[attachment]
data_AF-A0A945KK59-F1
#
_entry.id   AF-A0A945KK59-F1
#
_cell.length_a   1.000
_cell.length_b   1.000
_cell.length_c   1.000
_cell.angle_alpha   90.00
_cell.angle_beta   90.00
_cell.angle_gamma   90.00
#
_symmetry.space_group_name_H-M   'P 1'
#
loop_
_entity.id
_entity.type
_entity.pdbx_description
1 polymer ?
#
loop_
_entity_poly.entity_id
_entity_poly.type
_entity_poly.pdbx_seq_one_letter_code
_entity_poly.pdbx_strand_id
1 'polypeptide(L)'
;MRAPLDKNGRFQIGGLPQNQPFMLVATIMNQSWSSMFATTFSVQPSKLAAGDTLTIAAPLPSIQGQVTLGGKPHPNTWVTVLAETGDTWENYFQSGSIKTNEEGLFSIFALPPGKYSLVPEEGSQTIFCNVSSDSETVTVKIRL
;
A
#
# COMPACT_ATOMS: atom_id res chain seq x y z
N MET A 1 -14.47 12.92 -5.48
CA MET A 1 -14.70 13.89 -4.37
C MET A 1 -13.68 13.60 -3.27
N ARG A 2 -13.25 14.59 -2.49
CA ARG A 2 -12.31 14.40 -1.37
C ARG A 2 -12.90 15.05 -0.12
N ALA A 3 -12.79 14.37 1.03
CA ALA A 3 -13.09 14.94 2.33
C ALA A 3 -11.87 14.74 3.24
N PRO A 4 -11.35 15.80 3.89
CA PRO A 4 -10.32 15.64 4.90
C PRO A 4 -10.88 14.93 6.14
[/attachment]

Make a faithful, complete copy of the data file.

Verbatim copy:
data_AF-A0A945KK59-F1
#
_entry.id   AF-A0A945KK59-F1
#
_cell.length_a   1.000
_cell.length_b   1.000
_cell.length_c   1.000
_cell.angle_alpha   90.00
_cell.angle_beta   90.00
_cell.angle_gamma   90.00
#
_symmetry.space_group_name_H-M   'P 1'
#
loop_
_entity.id
_entity.type
_entity.pdbx_description
1 polymer ?
#
loop_
_entity_poly.entity_id
_entity_poly.type
_entity_poly.pdbx_seq_one_letter_code
_entity_poly.pdbx_strand_id
1 'polypeptide(L)'
;MRAPLDKNGRFQIGGLPQNQPFMLVATIMNQSWSSMFATTFSVQPSKLAAGDTLTIAAPLPSIQGQVTLGGKPHPNTWVTVLAETGDTWENYFQSGSIKTNEEGLFSIFALPPGKYSLVPEEGSQTIFCNVSSDSETVTVKIRL
;
A
#
# COMPACT_ATOMS: atom_id res chain seq x y z
N MET A 1 -14.47 12.92 -5.48
CA MET A 1 -14.70 13.89 -4.37
C MET A 1 -13.68 13.60 -3.27
N ARG A 2 -13.25 14.59 -2.49
CA ARG A 2 -12.31 14.40 -1.37
C ARG A 2 -12.90 15.05 -0.12
N ALA A 3 -12.79 14.37 1.03
CA ALA A 3 -13.09 14.94 2.33
C ALA A 3 -11.87 14.74 3.24
N PRO A 4 -11.35 15.80 3.89
CA PRO A 4 -10.32 15.64 4.90
C PRO A 4 -10.88 14.93 6.14